"And although I know that few will listen to or credit this, I think we are in a lost age, in which holiness and charity have been traded for the victory and penetration of knowledge, though all the knowledge in the world has not brought us any further than where we can go without it even in the outermost halls of grace. I believe that more is to be known and apprehended from the beauty of a face than in delving, no
matter how deep, simply into how things work, no matter how marvelous that may be. The greatest substance of the world is immaterial, the province of the heart, and its study cannot be forced or reasoned. Merely to touch upon the edge of things in parsing their mechanics is to forswear their fullness, for the entry to this fullness lies not in science but in art. I cannot prove this, for it cannot be proven, but I claim, assert, and have seen it."
"So what and where is the face of God for the one who believes in his real presence among us? The answer is that we encounter this presence everywhere, in all that suffers and renounces for another's sake. Things with a face are illuminated by the subjectivity that shines in them, and which spreads around them a halo of prohibitions. When someone enters the moment of sacrifice, throwing away what is most precious, even life itself, for the sake of another, then we encounter the supreme moment of gift. This is an act in which the I appears completely. It is also a revelation. In sacrifice and renunciation the I makes of its own being a gift, and thereby shows us that being is a gift. In the moment of sacrifice people come face to face with God, who is present too in those places where sorrow has left its mark or 'prayer has been valid'.
We should not be surprised, therefore, if God is so rarely encountered now. The consumer culture is one without sacrifices; easy entertainment distracts us from our metaphysical loneliness. The rearranging of the world as an object of appetite obscures its meaning as a gift. The defacing of eros and the loss of rites of passage eliminate the old conception of human life as an adventure within the community and an offering to others. It is inevitable, therefore, that moments of sacred awe should be rare among us. And it is surely this, rather than the arguments of the atheists, that has led to the decline of religion. Our world contained many openings onto the transcendental; but they have been blocked by waste. You may think that this does not matter — that mankind has had enough of sacred mysteries and their well-known dangers. But I think we are none of us at ease with the result. Our disenchanted life is, to use the Socratic idiom, 'not a life for a human being'. By remaking human beings and their habitat as objects to consume rather than subjects to revere we invite the degradation of both."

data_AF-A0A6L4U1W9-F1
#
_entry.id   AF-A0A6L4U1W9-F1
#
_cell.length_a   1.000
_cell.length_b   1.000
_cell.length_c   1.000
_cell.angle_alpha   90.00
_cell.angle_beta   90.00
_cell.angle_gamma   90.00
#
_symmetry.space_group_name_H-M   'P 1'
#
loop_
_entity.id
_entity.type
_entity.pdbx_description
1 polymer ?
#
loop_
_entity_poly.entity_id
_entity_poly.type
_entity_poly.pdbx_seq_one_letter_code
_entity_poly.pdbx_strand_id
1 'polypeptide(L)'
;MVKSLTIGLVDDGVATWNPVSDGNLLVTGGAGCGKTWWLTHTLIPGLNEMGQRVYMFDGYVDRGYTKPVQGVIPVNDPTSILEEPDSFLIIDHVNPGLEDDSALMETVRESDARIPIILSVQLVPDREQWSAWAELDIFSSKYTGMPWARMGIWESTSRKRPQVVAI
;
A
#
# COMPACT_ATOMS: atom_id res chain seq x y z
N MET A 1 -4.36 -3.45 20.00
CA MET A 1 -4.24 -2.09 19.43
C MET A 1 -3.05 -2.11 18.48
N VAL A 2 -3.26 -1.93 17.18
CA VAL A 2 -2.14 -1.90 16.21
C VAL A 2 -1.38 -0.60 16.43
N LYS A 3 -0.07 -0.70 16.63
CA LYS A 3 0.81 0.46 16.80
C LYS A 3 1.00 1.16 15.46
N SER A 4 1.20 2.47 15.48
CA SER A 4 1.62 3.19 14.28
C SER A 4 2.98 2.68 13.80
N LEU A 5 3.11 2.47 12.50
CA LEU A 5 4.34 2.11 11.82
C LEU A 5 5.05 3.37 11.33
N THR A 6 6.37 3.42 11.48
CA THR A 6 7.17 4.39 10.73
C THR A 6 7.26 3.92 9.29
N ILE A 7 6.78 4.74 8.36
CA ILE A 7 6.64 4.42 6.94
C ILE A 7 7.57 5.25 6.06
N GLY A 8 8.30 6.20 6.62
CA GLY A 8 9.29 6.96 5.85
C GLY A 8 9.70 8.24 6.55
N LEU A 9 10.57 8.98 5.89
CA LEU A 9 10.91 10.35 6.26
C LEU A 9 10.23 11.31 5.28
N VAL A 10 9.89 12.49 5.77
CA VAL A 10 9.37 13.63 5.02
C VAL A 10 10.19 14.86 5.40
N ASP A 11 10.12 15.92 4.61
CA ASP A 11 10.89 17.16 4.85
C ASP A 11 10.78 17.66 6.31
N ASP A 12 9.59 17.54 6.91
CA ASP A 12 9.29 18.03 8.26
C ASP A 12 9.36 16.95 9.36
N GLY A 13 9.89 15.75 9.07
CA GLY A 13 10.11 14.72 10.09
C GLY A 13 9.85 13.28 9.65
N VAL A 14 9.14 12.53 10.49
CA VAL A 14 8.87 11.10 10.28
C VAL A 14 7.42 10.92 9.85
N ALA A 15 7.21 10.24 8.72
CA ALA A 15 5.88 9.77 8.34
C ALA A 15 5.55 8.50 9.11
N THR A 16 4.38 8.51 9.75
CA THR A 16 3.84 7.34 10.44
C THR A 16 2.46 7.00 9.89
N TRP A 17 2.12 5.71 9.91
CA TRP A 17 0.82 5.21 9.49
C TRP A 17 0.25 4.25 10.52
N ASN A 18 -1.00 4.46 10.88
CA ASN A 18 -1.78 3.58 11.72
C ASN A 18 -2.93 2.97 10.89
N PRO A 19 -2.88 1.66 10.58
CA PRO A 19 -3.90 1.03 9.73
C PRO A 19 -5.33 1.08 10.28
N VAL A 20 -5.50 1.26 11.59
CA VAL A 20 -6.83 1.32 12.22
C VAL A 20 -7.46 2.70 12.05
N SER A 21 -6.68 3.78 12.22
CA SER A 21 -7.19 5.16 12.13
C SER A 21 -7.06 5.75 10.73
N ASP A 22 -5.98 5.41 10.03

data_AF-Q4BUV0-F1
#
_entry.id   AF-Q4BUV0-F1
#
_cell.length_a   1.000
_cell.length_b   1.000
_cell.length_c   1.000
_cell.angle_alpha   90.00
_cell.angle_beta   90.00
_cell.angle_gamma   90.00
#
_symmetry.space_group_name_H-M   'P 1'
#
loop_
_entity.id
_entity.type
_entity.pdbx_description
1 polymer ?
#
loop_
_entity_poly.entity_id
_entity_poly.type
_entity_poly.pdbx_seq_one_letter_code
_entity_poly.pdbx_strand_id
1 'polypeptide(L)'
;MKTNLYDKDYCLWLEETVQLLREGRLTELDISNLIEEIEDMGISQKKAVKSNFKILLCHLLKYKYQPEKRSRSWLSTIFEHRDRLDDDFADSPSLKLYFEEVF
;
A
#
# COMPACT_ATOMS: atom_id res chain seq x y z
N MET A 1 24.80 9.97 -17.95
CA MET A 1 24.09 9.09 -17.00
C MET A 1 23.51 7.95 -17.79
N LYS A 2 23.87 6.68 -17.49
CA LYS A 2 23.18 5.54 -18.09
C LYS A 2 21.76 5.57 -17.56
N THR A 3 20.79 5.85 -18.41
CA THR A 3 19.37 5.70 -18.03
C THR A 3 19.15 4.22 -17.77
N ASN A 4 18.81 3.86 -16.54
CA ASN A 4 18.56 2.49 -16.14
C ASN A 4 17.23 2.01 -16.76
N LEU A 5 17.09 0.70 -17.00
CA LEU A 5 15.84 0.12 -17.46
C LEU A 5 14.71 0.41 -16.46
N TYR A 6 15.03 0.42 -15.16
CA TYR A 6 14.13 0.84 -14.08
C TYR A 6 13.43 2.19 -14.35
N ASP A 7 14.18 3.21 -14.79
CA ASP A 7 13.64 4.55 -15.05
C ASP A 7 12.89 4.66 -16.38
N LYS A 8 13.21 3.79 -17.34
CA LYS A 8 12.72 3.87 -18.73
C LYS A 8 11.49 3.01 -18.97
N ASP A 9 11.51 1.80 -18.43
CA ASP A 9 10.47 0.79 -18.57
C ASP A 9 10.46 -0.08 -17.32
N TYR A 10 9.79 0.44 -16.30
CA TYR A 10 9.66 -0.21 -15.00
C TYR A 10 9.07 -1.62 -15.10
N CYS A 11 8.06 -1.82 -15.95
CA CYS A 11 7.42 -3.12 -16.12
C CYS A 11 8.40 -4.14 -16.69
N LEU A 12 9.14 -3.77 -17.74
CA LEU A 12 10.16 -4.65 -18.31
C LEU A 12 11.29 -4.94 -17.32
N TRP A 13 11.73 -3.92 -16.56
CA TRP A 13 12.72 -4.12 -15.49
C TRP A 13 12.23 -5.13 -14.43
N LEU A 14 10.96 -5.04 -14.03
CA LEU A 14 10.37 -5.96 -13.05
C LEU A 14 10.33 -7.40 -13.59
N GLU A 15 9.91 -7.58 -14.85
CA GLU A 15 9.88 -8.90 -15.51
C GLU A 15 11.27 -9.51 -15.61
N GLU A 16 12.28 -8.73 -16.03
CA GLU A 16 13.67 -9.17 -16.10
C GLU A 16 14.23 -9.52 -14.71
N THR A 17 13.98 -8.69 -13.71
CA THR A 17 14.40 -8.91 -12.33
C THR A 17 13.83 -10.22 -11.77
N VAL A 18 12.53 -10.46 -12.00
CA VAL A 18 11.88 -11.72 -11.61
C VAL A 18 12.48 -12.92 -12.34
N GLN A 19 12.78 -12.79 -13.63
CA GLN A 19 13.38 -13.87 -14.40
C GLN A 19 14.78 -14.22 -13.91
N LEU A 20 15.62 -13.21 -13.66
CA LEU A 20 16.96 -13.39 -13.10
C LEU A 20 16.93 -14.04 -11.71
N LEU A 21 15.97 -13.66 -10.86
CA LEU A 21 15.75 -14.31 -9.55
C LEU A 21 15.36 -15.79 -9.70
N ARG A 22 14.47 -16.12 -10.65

---Roger Scruton, The Face of God
The great evil of pornography is not that it causes sexual arousal, but that it degrades the sexual impulse by diverting its focus from its highest and best subject, that being on a unique human being, unlike any other human being who has ever or will ever live, who is our beloved with whom we desire to communicate on a level that transcends words, and placing it on an interchangeable "object" whose sole purpose is to be used by the viewer to assist him or her (most often, him) to achieve a physical sensation. It's degrading to both the viewer and the viewed because, as Scruton asserts, it "defaces" eros.
Scruton--and Helprin--understand the role of the transcendent in giving life its meaning. Both contemplate the face--of God, ultimately--but God found in the face of other "persons." In the communication between these unique persons, in the lessons learned from their unique faces, focused outward, losing themselves in the ecstacy that can sometimes be encountered with sex, sometimes with religious experience, truths are revealed. You either "get" this or you don't. As Helprin admits, he can't "prove it," but he has seen it.
Scuton's criticism of modern life, especially as we live in the West, goes well beyond the defacement of eros. Our economic system is based on treating and using human beings as "economic units," things to be used to produce money or goods or services that can be converted into money, which is then used to purchase other "things" that, supposedly, make us "happy." We lose sight of the face of the other as a window into a unique soul, a face, no matter how structured, that (many of us believe) is made by and in the image of a transcendent God. We live in ourselves, for ourselves, notwithstanding the fact that we may be surrounded by "loved ones." For too many of us, even our sacrifices are motivated not by "moments of sacred awe," but by self-regard. We sacrifice for othyers to make ourselves "feel" better about ourselves.
I don't exempt myself. I have too often "loved" another based on what they did for me, on one or more levels, none of which touched on "agape." In my personal and professional life, I have looked into another's face and responded to the wonderful reflection of myself that I saw in another's eyes. I. too, have treated other unique human beings as "things to be consumed," in one way or another. I cannot say that I have ever thrown away what is most precious for the sake of another.
I laugh these days when an atheist asserts that Christianity is a "crutch." To the contrary, it's a challenge to every natural inclination I possess, an immense struggle with the attitudes that I've acquired in a life immersed in this deracinated modern "culture." Yet, I feel that the study of the heart is critical, and while it "cannot be forced or reasoned," its lessons are slowly making themselves known to me. Even if I cannot clearly articulate those lessons, or prove either their existence or their worth to the sceptic, I know that I have seen them.